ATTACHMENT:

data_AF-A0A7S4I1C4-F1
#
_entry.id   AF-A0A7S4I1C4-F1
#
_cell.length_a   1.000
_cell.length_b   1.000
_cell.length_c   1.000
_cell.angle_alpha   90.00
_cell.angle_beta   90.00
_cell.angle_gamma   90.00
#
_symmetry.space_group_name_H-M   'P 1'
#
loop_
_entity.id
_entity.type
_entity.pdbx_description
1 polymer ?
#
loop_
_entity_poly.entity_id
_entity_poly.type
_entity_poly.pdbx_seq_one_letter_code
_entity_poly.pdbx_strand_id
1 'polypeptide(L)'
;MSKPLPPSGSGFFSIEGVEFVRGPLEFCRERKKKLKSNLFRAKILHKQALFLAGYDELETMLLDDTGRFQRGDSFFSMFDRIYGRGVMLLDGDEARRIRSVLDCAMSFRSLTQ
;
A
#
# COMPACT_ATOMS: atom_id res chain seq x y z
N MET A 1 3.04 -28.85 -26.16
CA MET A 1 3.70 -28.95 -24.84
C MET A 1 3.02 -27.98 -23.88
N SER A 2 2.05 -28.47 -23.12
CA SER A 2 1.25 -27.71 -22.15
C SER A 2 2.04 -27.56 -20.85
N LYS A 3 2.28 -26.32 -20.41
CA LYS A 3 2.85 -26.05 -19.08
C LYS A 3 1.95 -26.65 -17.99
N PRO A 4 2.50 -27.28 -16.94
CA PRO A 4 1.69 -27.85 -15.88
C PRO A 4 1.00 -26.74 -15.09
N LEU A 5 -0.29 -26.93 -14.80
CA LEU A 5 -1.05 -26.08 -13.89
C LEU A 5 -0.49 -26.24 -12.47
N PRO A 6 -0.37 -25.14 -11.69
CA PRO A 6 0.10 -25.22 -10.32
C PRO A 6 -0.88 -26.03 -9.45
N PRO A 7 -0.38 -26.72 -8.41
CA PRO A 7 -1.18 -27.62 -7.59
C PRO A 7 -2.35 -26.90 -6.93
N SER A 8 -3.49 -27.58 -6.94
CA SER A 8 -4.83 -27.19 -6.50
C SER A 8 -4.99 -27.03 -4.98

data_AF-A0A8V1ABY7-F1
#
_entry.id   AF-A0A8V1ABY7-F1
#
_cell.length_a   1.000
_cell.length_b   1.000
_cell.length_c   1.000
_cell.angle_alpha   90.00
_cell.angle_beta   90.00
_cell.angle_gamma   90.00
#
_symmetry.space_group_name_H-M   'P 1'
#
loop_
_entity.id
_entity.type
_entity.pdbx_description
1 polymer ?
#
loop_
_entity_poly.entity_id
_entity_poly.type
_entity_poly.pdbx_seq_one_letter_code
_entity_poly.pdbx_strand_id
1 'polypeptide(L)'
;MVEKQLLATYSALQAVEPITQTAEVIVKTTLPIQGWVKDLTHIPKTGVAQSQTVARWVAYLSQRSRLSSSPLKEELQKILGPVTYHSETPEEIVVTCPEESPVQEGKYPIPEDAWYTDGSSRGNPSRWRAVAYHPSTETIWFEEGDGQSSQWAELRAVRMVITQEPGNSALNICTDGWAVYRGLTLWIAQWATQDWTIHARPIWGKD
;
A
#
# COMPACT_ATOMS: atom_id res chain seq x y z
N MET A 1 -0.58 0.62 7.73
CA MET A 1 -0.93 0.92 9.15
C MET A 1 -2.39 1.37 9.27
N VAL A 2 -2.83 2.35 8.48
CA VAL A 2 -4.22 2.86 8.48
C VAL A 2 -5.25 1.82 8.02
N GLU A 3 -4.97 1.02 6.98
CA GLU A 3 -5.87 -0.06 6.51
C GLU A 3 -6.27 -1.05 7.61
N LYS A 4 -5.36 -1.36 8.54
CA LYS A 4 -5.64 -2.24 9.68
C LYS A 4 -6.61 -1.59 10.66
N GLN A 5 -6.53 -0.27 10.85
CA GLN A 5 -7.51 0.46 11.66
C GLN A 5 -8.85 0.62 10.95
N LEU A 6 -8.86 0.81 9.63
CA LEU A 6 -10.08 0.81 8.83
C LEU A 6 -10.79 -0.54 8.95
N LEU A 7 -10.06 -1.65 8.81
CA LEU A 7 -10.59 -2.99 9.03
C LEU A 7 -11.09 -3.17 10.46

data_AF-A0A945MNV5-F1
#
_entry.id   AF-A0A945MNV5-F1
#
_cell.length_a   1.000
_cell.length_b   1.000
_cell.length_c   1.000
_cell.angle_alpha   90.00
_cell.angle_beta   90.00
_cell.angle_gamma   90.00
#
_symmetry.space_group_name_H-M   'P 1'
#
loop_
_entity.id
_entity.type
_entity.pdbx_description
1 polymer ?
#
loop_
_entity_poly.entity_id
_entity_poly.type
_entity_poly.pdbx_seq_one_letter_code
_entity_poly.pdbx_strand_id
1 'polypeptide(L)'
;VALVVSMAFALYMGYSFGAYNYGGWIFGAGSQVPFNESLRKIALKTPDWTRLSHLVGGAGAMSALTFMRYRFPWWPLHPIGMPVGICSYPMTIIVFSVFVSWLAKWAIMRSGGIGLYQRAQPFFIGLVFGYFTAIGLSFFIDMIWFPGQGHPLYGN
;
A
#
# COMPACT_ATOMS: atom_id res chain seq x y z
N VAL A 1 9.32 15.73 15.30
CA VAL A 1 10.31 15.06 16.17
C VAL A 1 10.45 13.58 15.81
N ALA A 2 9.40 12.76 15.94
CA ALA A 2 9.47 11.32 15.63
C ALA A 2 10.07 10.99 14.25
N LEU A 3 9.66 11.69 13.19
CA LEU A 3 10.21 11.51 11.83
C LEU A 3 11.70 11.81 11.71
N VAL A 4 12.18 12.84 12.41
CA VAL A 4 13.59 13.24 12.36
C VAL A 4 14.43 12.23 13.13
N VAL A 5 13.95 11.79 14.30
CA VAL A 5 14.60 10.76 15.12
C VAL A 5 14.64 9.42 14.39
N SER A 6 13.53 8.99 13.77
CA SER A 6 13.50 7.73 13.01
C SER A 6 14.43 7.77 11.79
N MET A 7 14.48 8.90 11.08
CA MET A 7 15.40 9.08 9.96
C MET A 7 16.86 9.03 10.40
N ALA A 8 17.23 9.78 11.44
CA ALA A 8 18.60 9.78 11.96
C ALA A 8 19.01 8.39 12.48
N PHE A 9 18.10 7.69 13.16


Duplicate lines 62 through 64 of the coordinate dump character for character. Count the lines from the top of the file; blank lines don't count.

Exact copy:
_cell.angle_alpha   90.00
_cell.angle_beta   90.00
_cell.angle_gamma   90.00